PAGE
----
Opinions on some technologies

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Programming languages

C

#include <stdio.h>
int main()
{
	puts("Why hello there, neat little language!");
}

C is a really elegant and simple, yet powerful and unforgiving language. Anyone who's programmed in C knows that it often takes a bit more time to get things working than in other languages, yet the performance gain and low-level library support is amazing. The fact that it's so simple means that there's very little linguistical cruft of the kind that's visible in C++.

It's a shame that the C standard library doesn't support basic things like directory structures, although POSIX of course adds support for all that jazz. Unfortunately linking against a POSIX library means getting your code running on non-POSIX outcast-platforms is a bit of a pain, although on Windows even MinGW adds support for pthreads and things like dirent.h.

C99 adds really useful features to the C language. I use intermingled declarations all over the place, as well as for-loop initial declarations. Variable-length arrays (VLAs) can be useful for small dynamic stack arrays. Last time I checked though, Microsoft Visual C did not have any support for VLAs, which is sad. It's also sad that VLAs have become an optional feature in C11. stdint.h also adds really useful quasi-portable fixed-width integer types.

On a different note, it's often quite amusing to show people who've just started learning C, or are still getting familiar with it, that the following compiles with gcc's default options:

main(argc, argv)
	int argc;
	char **argv;
{
	puts("hello, world");
}

C++

C++' goals were noble, however its implementation is primitive and strange to the point that it's in a league of its own as far as object-oriented languages are concerned. C++ is the evidence of the fact that complex low-level object-oriented languages can't be pretty. C++11 has worsened this issue by implementing things like "smart pointers" and "move semantics". The latter is a construct infamously difficult to grasp, and is absent from every other language I know, or know of.

C++ also suffers from a lot of design flaws, mostly involving things happening around your back. For instance, what does the following code do?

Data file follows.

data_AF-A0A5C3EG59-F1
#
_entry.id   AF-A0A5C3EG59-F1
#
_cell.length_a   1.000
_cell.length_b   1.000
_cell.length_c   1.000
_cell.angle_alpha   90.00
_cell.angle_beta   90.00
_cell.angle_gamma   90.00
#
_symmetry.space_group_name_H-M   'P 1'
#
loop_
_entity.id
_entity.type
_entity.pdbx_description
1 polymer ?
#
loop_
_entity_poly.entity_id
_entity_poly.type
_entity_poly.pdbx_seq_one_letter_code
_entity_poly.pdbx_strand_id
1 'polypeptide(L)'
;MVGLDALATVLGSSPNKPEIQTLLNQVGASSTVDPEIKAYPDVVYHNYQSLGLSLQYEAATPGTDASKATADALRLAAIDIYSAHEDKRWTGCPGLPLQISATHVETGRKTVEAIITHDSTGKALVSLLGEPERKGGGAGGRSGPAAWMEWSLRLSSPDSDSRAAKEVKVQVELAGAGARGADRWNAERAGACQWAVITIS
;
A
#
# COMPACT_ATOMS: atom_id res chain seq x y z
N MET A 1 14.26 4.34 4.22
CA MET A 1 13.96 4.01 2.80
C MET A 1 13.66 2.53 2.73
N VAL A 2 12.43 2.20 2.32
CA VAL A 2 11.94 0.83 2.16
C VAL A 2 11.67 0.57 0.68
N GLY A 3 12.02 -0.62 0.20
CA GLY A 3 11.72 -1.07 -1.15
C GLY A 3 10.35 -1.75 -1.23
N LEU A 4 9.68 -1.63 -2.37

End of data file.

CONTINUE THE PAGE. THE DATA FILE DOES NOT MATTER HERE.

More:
vec3 my_vec3;

Without knowing the behaviour of vec3::vec3(), there's nothing that forbids that code from trying to find a counterexample to the Riemann-hypothesis. In virtually any other C-like language it's completely obvious what that code would do: create an instance my_vec3 of type vec3, possibly initialising it to "zero". Nothing more.

Now consider the following snippet:

	vec3 my_vec3 = vec3(0.0f, 0.0f, 0.0f);

This code could also have all kinds of interesting behaviour, because it consists of two non-trivial operations. In most languages there's only one, namely a constructor call: after all that's all behaviour that's clearly visible in that code. In C++ there's two constructor calls, namely the constructor vec3::vec3(float, float, float) and the copy constructor vec3::vec3(const vec3 &), which is implied by the equals sign.

A similar thing happens in code like f(x), where it's legal behaviour for the value of x directly before the function call to differ from the value it has directly after the function call.

C++ should simply have been C99 with inheritance, type polymorphisms, function overriding (not even function overloading!) and templates. Other features like constructors, copy-constructors, destructors, call-by-reference and move semantics are what makes C++ practically unusable as a low-level language, in my opinion.

As a high-level language there are better languages like C# and Python. Both are at least a hundred times better than C++ for high-level development, albeit somewhat slower (C# often not noticeably so).

C#

As a language C# is one of my favourites. It can basically be described as Java and C++: The good bits. It allows for fully-fledged object orientation with garbage collection, as well as fast simple datastructures using struct.

Features that really set it apart are the LINQ libraries and its powerful generics. LINQ basically means that a significant part of functional language functionality (lazyness, essentially) is present. Take for instance the following code:

	var values = someList.Where(x => x < 10)